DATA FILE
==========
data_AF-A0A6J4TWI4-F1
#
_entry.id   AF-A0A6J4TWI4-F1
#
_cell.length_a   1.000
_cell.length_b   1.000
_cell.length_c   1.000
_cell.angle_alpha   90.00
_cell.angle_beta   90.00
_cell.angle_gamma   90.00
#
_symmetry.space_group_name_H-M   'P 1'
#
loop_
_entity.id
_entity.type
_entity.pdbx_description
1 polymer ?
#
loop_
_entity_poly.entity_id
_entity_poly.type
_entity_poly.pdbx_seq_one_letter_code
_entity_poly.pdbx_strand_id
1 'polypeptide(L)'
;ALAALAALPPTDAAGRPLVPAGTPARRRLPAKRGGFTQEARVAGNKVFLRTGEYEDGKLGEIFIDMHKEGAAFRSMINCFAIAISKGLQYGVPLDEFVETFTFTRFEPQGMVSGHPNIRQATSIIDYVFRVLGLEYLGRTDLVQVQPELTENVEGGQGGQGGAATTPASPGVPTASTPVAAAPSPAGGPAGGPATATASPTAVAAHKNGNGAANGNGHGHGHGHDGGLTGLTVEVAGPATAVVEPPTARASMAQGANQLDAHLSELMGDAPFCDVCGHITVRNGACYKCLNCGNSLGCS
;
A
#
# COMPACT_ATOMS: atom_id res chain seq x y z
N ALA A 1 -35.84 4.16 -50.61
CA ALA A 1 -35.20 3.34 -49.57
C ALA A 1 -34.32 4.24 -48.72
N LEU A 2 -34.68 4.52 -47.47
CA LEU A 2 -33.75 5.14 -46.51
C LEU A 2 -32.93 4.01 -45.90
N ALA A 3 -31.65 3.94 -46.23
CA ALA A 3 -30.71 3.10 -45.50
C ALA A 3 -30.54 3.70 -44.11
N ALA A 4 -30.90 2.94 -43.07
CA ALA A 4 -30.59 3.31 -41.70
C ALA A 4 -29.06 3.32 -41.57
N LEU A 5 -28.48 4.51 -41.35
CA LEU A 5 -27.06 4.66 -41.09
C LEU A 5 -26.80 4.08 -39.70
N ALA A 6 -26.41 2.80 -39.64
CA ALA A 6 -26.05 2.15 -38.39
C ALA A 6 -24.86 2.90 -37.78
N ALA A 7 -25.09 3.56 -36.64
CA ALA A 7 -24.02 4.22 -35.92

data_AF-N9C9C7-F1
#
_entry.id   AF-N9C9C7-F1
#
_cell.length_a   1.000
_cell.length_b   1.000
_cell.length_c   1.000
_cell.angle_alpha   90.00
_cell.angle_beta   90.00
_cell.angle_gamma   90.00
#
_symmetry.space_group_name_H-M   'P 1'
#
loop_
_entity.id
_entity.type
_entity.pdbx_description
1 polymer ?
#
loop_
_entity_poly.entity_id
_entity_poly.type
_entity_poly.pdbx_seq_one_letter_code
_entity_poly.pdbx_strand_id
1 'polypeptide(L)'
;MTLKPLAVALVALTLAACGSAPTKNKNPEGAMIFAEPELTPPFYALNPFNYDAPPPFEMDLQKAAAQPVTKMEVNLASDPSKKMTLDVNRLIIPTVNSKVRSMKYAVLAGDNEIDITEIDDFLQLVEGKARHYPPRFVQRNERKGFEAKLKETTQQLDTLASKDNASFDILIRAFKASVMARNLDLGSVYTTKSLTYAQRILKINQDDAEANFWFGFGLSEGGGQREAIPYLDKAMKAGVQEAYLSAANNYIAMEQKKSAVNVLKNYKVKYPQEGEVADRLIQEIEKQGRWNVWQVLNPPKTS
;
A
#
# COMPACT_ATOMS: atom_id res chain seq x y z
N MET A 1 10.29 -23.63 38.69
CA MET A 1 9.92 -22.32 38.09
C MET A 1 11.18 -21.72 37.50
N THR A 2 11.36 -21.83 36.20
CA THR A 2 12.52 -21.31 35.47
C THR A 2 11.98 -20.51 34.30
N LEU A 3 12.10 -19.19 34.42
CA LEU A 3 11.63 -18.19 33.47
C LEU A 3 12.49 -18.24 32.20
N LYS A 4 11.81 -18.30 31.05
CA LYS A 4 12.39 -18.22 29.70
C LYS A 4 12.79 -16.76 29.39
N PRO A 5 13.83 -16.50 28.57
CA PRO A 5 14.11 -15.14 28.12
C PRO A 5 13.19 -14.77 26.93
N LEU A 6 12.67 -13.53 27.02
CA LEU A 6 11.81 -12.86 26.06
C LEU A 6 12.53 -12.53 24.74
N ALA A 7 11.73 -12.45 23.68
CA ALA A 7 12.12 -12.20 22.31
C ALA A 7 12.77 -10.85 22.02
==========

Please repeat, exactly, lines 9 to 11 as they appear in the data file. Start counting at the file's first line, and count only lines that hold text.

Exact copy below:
_cell.angle_beta   90.00
_cell.angle_gamma   90.00
#